Conservation groups deter gold mining in California’s Sierra Nevada Mountains

Win in court should protect sage grouse, endangered fish, groups say

Published August 30, 2023 5:27PM (EDT)

Sierra Nevada Mountains (Getty Images/Alex Potemkin)
Sierra Nevada Mountains (Getty Images/Alex Potemkin)

A federal appeals court effectively halted gold mining this week in the Inyo National Forest's Long Valley, a region measuring 10 kilometers in diameter that was created from volcanic eruptions 760,000 years ago. 

Between 1850 and 1860, California's population tripled as miners moved there to try and make it rich in the Gold Rush. Because of heavy rains becoming more common due to climate change, the gold that remains is being ejected from rock crevices and the state is seeing another wave of miners try their luck again.

In 2021, the U.S. Forest Service (USFS) permitted the Canada-based Kore Mining Ltd. to mine for gold in the region, which is part of California's Sierra Nevada Mountains. As a result, conservation groups sued the agency, saying it would potentially harm sage grouse, a species whose population is listed as "sensitive," as well as the Owens tui chub, an endangered fish. Companies are legally allowed to mine in national forests but need a permit issued by the USFS, which considers the potential environmental harms of operations before issuing one. On Friday, the ruling of a lower court that originally allowed the gold mining to move forward was reversed and celebrated by conservationists.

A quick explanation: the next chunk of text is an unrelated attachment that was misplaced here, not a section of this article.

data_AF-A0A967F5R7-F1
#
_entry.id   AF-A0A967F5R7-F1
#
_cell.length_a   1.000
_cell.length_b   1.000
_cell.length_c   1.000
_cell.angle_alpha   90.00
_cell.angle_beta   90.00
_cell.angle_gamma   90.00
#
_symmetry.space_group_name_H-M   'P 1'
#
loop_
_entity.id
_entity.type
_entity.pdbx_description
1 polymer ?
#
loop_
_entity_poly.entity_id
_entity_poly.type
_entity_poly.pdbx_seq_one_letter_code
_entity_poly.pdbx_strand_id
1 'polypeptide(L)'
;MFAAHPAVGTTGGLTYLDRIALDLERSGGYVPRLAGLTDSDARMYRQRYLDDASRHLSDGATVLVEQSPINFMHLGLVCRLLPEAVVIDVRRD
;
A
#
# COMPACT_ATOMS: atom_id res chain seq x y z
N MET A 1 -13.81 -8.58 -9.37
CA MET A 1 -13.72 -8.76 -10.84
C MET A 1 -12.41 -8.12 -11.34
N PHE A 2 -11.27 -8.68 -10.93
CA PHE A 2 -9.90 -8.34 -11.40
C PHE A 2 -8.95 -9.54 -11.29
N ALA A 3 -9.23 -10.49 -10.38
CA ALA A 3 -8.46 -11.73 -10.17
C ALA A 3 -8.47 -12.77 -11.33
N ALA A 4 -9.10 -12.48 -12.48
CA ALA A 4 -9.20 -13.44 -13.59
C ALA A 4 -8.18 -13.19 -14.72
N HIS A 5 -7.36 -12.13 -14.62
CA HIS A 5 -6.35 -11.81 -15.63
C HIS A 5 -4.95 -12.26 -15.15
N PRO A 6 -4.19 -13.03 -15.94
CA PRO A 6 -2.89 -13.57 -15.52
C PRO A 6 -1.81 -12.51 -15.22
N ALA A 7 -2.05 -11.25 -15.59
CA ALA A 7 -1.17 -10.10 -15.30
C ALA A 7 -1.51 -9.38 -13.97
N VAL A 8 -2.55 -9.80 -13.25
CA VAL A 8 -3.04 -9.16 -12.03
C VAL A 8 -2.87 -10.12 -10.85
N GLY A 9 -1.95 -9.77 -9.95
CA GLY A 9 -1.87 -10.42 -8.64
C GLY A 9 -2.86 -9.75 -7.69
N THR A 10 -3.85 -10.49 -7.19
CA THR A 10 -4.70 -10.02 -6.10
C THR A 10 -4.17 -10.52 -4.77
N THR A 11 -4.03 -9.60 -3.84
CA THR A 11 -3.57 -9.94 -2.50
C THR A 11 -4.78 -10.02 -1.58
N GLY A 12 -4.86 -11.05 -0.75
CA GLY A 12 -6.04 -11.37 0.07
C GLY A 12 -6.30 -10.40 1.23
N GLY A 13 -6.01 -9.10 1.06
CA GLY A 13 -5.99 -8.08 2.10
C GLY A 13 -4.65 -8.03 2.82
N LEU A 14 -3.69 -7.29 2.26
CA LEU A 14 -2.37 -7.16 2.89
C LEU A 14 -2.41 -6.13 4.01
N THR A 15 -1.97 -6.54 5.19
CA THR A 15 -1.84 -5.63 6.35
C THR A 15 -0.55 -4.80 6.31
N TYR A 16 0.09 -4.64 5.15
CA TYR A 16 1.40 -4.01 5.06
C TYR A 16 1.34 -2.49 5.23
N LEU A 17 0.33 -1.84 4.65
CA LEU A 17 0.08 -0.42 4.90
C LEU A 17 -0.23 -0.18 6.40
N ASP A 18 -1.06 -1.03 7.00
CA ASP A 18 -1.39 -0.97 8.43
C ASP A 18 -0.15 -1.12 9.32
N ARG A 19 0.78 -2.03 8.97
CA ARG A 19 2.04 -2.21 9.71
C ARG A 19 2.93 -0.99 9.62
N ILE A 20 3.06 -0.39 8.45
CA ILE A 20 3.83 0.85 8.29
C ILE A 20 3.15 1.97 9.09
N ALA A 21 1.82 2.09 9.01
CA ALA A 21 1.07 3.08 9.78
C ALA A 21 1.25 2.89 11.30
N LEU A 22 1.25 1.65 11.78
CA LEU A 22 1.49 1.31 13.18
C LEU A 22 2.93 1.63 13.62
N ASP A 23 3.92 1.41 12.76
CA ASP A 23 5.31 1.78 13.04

"This mining exploration could easily disrupt the local bi-state sage grouse population, harming these birds' habitat and causing them to abandon a courtship area they rely on," said Ileene Anderson, a senior scientist at the Center for Biological Diversity, in a press release. "These charismatic, unique sage grouse are already struggling to survive, and further destruction of their home would push them closer to extinction.

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